- Kenneth Hendricks & Joris Pinkse & Robert H. Porter, 2003.
"Empirical Implications of Equilibrium Bidding in First-Price, Symmetric, Common Value Auctions,"
Review of Economic Studies,
Oxford University Press, vol. 70(1), pages 115-145.
- Rob Porter, 1999. "Empirical Implications of Equilibrium Bidding in First-Price, Symmetric, Common Value Auctions," Working papers 99-19, Massachusetts Institute of Technology (MIT), Department of Economics.
- Kenneth Hendricks & Joris Pinkse & Robert H. Porter, 2001. "Empirical Implications of Equilibrium Bidding in First-Price, Symmetric, Common Value Auctions," NBER Working Papers 8294, National Bureau of Economic Research, Inc.
- Timothy Erickson & Toni M. Whited, 2000. "Measurement Error and the Relationship between Investment and q," Journal of Political Economy, University of Chicago Press, vol. 108(5), pages 1027-1057, October.
- Daniel Kahneman & Dan Lovallo, 1993. "Timid Choices and Bold Forecasts: A Cognitive Perspective on Risk Taking," Management Science, INFORMS, vol. 39(1), pages 17-31, January.
- Ulrike Malmendier & Geoffrey Tate, 2005.
"CEO Overconfidence and Corporate Investment,"
Journal of Finance,
American Finance Association, vol. 60(6), pages 2661-2700, December.
- Aydogan Alti, 2003. "How Sensitive Is Investment to Cash Flow When Financing Is Frictionless?," Journal of Finance, American Finance Association, vol. 58(2), pages 707-722, 04.
- Hendricks, Kenneth & Porter, Robert H, 1996. "The Timing and Incidence of Exploratory Drilling on Offshore Wildcat Tracts," American Economic Review, American Economic Association, vol. 86(3), pages 388-407, June.
- Steven N. Kaplan & Luigi Zingales, 1997. "Do Investment-Cash Flow Sensitivities Provide Useful Measures of Financing Constraints?," The Quarterly Journal of Economics, Oxford University Press, vol. 112(1), pages 169-215.
- Hyun-Han Shin & René M. Stulz, 1998. "Are Internal capital Markets Efficient?," The Quarterly Journal of Economics, Oxford University Press, vol. 113(2), pages 531-552.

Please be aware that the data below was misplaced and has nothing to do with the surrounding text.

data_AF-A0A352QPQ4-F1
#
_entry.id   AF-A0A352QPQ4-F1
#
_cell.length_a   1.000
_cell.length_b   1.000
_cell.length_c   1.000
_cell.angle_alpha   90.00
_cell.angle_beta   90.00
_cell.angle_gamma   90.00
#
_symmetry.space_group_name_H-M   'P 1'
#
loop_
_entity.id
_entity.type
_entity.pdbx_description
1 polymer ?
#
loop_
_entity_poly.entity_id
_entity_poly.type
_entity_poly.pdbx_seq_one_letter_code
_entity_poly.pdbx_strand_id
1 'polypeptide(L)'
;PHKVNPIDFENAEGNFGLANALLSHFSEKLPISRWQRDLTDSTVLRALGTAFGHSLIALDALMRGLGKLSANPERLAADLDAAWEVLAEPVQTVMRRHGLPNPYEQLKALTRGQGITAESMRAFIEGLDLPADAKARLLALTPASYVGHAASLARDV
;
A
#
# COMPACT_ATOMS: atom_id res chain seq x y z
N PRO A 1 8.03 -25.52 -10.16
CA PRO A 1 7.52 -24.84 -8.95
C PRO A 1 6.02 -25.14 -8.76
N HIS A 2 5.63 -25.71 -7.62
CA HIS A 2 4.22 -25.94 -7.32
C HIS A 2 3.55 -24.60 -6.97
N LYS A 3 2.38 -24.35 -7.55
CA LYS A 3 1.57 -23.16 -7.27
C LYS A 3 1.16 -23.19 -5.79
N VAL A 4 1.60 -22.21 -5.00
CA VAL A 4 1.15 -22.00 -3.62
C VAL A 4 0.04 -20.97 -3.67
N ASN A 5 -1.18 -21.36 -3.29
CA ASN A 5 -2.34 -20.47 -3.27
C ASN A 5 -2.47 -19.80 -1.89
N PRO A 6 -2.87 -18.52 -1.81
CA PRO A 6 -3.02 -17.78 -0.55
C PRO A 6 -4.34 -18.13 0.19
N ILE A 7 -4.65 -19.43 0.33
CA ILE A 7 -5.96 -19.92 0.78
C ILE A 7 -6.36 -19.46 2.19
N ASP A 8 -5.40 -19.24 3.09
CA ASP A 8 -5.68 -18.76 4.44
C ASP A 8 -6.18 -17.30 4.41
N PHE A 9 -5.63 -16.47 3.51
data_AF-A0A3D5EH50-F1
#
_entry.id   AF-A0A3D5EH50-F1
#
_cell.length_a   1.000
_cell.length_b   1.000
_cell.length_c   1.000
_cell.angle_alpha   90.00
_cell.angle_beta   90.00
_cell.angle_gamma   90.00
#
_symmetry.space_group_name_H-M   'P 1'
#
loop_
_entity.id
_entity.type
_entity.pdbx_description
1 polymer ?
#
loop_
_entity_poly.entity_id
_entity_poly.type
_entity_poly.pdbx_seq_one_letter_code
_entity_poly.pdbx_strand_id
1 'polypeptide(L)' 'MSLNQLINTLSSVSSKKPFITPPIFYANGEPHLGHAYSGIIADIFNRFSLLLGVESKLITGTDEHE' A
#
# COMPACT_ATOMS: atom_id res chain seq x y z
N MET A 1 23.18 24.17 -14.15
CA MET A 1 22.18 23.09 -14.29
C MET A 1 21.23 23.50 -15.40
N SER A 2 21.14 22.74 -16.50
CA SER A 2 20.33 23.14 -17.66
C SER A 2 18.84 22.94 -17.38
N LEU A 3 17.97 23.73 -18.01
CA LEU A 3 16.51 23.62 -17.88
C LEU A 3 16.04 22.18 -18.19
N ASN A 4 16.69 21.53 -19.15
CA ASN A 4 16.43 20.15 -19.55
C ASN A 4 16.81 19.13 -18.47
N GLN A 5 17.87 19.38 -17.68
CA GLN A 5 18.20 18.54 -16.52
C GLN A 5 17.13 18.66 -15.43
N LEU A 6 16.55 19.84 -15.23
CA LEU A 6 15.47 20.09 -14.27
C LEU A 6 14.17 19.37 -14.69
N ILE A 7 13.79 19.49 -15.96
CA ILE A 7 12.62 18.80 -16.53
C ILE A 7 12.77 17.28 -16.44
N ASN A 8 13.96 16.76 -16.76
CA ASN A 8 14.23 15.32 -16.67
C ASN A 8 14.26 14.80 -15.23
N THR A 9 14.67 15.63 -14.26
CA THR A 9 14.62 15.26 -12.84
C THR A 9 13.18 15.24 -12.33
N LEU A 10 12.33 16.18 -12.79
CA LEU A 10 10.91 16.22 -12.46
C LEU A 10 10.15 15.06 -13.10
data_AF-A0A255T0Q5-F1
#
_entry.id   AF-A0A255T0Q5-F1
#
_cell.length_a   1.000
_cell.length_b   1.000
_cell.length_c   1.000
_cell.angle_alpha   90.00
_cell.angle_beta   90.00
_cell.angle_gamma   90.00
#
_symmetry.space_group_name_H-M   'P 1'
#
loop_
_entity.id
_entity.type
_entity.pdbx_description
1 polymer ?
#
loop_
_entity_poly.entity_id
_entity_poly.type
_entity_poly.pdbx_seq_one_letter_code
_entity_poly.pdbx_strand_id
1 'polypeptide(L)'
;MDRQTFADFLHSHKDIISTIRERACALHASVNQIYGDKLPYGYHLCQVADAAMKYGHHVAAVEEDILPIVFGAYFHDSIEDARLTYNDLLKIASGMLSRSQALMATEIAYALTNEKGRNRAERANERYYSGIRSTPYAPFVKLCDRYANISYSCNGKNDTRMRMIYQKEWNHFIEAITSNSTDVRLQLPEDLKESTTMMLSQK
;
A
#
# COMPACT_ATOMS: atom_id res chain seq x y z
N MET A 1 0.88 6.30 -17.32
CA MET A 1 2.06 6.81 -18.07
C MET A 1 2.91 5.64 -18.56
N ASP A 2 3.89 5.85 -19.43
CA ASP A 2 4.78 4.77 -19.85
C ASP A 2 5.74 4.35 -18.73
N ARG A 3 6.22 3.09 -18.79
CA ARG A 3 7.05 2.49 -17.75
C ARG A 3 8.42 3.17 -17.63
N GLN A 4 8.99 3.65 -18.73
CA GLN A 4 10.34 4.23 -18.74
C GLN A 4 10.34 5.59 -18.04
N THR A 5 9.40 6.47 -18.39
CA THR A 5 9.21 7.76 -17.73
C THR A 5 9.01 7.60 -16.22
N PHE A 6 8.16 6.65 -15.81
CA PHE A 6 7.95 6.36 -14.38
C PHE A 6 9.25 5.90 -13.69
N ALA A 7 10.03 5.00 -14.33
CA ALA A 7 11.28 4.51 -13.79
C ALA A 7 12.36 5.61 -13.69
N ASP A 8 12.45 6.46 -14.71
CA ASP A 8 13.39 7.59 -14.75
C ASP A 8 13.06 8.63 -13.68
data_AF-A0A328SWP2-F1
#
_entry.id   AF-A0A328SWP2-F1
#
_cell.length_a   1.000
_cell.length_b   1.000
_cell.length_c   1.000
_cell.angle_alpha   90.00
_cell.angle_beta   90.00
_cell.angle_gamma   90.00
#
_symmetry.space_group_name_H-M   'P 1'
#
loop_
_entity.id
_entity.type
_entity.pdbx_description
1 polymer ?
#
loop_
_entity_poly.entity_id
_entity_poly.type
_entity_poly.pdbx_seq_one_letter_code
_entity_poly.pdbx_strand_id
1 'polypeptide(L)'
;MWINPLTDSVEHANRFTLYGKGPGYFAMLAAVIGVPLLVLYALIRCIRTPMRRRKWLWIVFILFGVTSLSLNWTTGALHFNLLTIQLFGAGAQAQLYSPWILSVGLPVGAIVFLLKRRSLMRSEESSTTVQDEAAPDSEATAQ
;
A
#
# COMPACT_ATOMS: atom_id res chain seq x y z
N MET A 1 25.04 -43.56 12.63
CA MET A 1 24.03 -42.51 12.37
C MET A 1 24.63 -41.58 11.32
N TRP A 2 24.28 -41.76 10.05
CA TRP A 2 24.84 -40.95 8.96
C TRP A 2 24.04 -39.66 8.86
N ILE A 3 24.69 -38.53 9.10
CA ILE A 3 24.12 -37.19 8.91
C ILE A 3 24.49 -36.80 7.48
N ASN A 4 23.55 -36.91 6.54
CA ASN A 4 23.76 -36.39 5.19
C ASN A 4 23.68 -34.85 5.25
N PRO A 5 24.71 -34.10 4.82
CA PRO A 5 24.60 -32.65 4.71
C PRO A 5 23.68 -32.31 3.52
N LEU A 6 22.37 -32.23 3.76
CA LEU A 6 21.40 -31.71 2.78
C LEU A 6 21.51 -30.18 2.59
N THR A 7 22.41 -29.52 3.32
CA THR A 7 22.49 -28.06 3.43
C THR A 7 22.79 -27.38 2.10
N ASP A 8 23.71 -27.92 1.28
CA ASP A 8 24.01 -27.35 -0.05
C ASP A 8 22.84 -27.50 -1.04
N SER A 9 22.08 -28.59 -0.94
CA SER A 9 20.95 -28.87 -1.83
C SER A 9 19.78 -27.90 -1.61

- Jensen, Michael C, 1986. "Agency Costs of Free Cash Flow, Corporate Finance, and Takeovers," American Economic Review, American Economic Association, vol. 76(2), pages 323-329, May.
- Steven M. Fazzari & R. Glenn Hubbard & BRUCE C. PETERSEN, 1988.
"Financing Constraints and Corporate Investment,"
Brookings Papers on Economic Activity,
Economic Studies Program, The Brookings Institution, vol. 19(1), pages 141-206.
When requesting a correction, please mention this item's handle: RePEc:nbr:nberwo:11126. See general information about how to correct material in RePEc.
For technical questions regarding this item, or to correct its authors, title, abstract, bibliographic or download information, contact: ()
If you have authored this item and are not yet registered with RePEc, we encourage you to do it here. This allows to link your profile to this item. It also allows you to accept potential citations to this item that we are uncertain about.
If references are entirely missing, you can add them using this form.
If the full references list an item that is present in RePEc, but the system did not link to it, you can help with this form.
If you know of missing items citing this one, you can help us creating those links by adding the relevant references in the same way as above, for each refering item. If you are a registered author of this item, you may also want to check the "citations" tab in your profile, as there may be some citations waiting for confirmation.
Please note that corrections may take a couple of weeks to filter through the various RePEc services.